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CLIMATE-CHANGE campaigners called on the government to do more to cut carbon emissions after Boris Johnson announced a “meaningless” new target today.
The Prime Minister said that the “ambitious” new target of slashing emissions by at least 68 per cent by 2030 – as part of the nationally determined contribution that Britain is required to make under the Paris Agreement – would be the fastest rate of reduction attempted by any major economy so far.
But the announcement was dismissed by environmental campaign group Extinction Rebellion (XR), which said that “these empty promises from a government totally out of its depth are the very definition of greenwashing.”
The announcement coincided with a report by the National Audit Office forecasting that the government will to fail to meet its existing target of a 68 per cent emissions cut by 2023, calling it a “colossal challenge.”
XR’s Clare Farrell said: “Who knew Boris was speaking literally when he said he was going to get the UK ‘oven ready’?
“On a more serious note, why should we expect them to meet these new targets? Targets are meaningless if they never intend on reaching them.”
She warned that the plan failed to consider young people or those in the global South who urgently need solutions to the climate crisis.
“Over in New Zealand, [Prime Minister] Jacinda Adern respects her climate advisers and follows intelligent, evidence-based approaches, announcing on Wednesday that the country would have a carbon neutral government by 2025,” Ms Farrell added.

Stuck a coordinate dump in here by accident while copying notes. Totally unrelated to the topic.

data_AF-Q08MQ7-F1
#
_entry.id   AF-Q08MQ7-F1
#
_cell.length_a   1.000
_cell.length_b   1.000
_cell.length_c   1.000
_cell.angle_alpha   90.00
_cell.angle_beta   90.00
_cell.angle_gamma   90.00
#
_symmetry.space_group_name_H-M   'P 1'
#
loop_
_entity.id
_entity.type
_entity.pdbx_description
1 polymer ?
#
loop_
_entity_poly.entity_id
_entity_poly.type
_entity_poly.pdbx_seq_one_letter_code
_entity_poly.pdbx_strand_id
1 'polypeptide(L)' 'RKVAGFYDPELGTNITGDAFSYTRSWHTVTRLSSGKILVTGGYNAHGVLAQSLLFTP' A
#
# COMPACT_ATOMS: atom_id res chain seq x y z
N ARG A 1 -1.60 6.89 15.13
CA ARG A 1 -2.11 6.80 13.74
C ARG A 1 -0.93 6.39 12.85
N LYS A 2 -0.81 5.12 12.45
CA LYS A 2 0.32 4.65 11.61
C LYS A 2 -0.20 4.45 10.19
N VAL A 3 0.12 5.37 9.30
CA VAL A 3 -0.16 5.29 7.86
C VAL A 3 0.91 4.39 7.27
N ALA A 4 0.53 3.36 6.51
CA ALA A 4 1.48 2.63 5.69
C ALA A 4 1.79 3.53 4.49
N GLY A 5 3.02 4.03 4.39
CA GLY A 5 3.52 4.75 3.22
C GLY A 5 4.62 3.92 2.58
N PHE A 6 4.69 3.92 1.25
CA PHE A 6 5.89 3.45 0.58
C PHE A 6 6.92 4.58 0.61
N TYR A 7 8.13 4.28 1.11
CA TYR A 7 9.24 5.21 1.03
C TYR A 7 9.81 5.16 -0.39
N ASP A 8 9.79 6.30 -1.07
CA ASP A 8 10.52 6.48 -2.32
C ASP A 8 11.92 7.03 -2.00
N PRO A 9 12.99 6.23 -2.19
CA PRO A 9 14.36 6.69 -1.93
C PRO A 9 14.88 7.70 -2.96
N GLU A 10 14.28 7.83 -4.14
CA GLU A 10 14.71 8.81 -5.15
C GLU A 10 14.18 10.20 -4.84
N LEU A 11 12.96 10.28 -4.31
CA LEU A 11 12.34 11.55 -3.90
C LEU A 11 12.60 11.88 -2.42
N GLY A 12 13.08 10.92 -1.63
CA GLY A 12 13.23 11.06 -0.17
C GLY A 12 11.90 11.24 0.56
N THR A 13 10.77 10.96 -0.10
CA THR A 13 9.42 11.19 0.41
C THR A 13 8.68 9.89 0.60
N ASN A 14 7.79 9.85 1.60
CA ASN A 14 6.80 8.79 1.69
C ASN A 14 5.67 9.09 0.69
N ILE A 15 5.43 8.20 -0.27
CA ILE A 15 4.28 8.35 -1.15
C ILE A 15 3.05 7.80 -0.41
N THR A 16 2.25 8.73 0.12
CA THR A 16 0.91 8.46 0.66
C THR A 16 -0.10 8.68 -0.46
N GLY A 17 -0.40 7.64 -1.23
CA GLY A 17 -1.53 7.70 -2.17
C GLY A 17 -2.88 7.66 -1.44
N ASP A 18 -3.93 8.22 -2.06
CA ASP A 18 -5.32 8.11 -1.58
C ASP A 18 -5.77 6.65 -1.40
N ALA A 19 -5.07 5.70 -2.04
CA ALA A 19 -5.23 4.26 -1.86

“We know how New Zealand’s approach worked out with Covid. The UK should take a leaf out of their book on climate too.”
Shadow business and energy secretary Ed Miliband said that Labour welcomed “the important strengthening” of Britain’s 2030 target, but added that it was the “minimum we should aim for.”
He also called for a plan which would lay out the policies to tackle the climate emergency fairly and in a way that creates jobs.
Scottish Greens said that the new target was just “hot air” without the action to meet it.
Co-leader Patrick Harvie said: “This is not about small lifestyle changes, it is about government action.
“Compared to the meagre £4 billion spent on his speculative climate wish list, the whopping £16.5bn Boris Johnson is throwing at defence spending tells the real story.
“If he is going to get serious about meeting these targets, he needs to put the UK’s money where his mouth is.”
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